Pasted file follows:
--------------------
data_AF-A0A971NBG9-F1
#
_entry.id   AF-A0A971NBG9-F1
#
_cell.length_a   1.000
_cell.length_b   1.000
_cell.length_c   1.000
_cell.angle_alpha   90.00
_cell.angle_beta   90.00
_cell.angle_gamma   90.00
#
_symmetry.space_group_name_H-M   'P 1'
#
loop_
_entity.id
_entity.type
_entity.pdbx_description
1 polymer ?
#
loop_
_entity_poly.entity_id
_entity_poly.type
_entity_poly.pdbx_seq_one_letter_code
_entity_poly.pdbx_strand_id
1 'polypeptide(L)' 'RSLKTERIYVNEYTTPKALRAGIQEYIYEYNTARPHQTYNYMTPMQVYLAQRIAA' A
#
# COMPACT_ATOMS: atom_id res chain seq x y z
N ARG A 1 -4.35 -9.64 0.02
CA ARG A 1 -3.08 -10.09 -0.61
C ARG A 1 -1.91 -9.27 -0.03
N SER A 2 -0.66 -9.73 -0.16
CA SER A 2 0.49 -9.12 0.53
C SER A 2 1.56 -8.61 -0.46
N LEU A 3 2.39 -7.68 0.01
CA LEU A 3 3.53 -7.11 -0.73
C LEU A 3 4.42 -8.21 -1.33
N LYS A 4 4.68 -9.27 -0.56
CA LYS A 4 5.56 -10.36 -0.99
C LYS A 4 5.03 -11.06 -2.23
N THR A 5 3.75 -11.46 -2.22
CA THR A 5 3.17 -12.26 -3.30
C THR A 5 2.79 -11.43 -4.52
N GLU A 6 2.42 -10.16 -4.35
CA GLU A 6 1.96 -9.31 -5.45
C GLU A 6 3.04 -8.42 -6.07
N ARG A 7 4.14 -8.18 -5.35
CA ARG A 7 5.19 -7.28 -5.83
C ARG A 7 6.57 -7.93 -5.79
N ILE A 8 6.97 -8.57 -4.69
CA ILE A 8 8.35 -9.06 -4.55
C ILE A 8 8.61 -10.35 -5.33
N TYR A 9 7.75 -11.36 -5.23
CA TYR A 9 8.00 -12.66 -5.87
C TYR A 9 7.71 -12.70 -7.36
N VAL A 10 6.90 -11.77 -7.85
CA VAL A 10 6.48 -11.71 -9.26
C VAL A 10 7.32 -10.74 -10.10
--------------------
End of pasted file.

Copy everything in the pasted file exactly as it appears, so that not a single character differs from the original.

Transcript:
data_AF-A0A971NBG9-F1
#
_entry.id   AF-A0A971NBG9-F1
#
_cell.length_a   1.000
_cell.length_b   1.000
_cell.length_c   1.000
_cell.angle_alpha   90.00
_cell.angle_beta   90.00
_cell.angle_gamma   90.00
#
_symmetry.space_group_name_H-M   'P 1'
#
loop_
_entity.id
_entity.type
_entity.pdbx_description
1 polymer ?
#
loop_
_entity_poly.entity_id
_entity_poly.type
_entity_poly.pdbx_seq_one_letter_code
_entity_poly.pdbx_strand_id
1 'polypeptide(L)' 'RSLKTERIYVNEYTTPKALRAGIQEYIYEYNTARPHQTYNYMTPMQVYLAQRIAA' A
#
# COMPACT_ATOMS: atom_id res chain seq x y z
N ARG A 1 -4.35 -9.64 0.02
CA ARG A 1 -3.08 -10.09 -0.61
C ARG A 1 -1.91 -9.27 -0.03
N SER A 2 -0.66 -9.73 -0.16
CA SER A 2 0.49 -9.12 0.53
C SER A 2 1.56 -8.61 -0.46
N LEU A 3 2.39 -7.68 0.01
CA LEU A 3 3.53 -7.11 -0.73
C LEU A 3 4.42 -8.21 -1.33
N LYS A 4 4.68 -9.27 -0.56
CA LYS A 4 5.56 -10.36 -0.99
C LYS A 4 5.03 -11.06 -2.23
N THR A 5 3.75 -11.46 -2.22
CA THR A 5 3.17 -12.26 -3.30
C THR A 5 2.79 -11.43 -4.52
N GLU A 6 2.42 -10.16 -4.35
CA GLU A 6 1.96 -9.31 -5.45
C GLU A 6 3.04 -8.42 -6.07
N ARG A 7 4.14 -8.18 -5.35
CA ARG A 7 5.19 -7.28 -5.83
C ARG A 7 6.57 -7.93 -5.79
N ILE A 8 6.97 -8.57 -4.69
CA ILE A 8 8.35 -9.06 -4.55
C ILE A 8 8.61 -10.35 -5.33
N TYR A 9 7.75 -11.36 -5.23
CA TYR A 9 8.00 -12.66 -5.87
C TYR A 9 7.71 -12.70 -7.36
N VAL A 10 6.90 -11.77 -7.85
CA VAL A 10 6.48 -11.71 -9.26
C VAL A 10 7.32 -10.74 -10.10